28 January 2013 | EN
Health workers fear a spurt in Pakistan's polio and measles cases following militants' ban on immunisation
[PESHAWAR] A ban on vaccinations ordered by the Taliban in Pakistan – enforced last month by the shooting of nine health workers – has resulted in an increase in infectious childhood diseases, especially measles and poliomyelitis.
Last month (December), nine polio vaccinators, seven of them women, were shot dead by alleged Taliban militants in separate incidents in Karachi and Peshawar cities.
The shootings halted an immunisation campaign mounted by the WHO in Pakistan where polio is endemic. In 2012, Pakistan recorded 58 polio cases, 26 of them in the northern Khyber Pakhtunkhwa (KP) province where Taliban militants are active.
"The current turmoil has resulted in female health workers deserting the campaign," Mubashir Khan, a WHO doctor, tells SciDev.Net. "Water samples show that the polio virus is circulating in Peshawar."
Khan blames a resurgence of measles, which claimed the lives of 400 children in Karachi alone in 2012, on the violent opposition to vaccination by the Taliban.
"The year 2013 will prove much harder for children if they aren't immunised against these two vaccine-preventable ailments," Khan said.
"Pakistan's immunisation coverage stands at 65 per cent against the 90 per cent set by a United Nations Millennium Development Goal to be met by 2015. In KP province and adjacent Federally Administered Tribal Areas, the overall vaccination rate is even lower – 57 and 43 per cent respectively," Khan says.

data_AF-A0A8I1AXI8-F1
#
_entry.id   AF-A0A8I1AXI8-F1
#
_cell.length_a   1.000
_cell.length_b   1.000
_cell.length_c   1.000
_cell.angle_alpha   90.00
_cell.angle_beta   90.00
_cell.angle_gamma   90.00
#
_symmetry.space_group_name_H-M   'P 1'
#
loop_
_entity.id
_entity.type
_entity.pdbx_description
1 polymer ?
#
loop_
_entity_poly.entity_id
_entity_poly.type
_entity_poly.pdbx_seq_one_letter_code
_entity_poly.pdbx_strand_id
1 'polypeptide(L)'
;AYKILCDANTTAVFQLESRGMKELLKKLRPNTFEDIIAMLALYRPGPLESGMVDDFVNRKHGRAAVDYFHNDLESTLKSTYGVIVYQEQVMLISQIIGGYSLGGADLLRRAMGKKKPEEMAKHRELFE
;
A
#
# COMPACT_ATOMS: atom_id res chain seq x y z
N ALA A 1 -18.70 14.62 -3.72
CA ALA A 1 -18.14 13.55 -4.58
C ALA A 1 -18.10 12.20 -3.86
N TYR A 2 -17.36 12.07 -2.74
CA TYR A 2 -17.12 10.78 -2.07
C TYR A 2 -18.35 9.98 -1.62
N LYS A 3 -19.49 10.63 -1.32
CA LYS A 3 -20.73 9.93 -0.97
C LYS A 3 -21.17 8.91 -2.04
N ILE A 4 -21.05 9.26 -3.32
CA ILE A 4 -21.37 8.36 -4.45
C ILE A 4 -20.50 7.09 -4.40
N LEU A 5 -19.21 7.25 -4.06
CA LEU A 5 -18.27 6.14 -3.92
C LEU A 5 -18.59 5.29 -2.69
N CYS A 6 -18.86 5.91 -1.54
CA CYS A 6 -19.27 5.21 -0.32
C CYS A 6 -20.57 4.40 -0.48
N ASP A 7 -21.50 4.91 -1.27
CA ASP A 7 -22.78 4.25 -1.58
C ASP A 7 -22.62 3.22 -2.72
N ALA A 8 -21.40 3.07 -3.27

Besides militancy, poor performance by vaccinators is also a problem. "We have to look at all aspects to come up with solutions," Altaf Bosan, national coordinator of Pakistan's polio monitoring programme, told SciDev.Net.
Bosan has devised a new strategy of "low-profile polio immunisation campaigns" to reach some 3.5 million children who were left unvaccinated following the shootings of health workers on 17 and 18 December.
"There is a big danger to children from both measles and polio for which vaccination is the only answer," Bosan said.
The UNICEF which supports Pakistan's anti-polio mobilisation also fears for the safety of its workers. "We are waiting for the government to resume work," a UNICEF official said.
Jan Baz Afridi, head of the government's immunisation programme in KP, tells SciDev.Net that the Taliban sees vaccination as a ploy by the US to render Muslim populations infertile and engage in espionage.
Pakistan is one of three countries in the world where polio is yet to be eradicated, the other two being Afghanistan and Nigeria.
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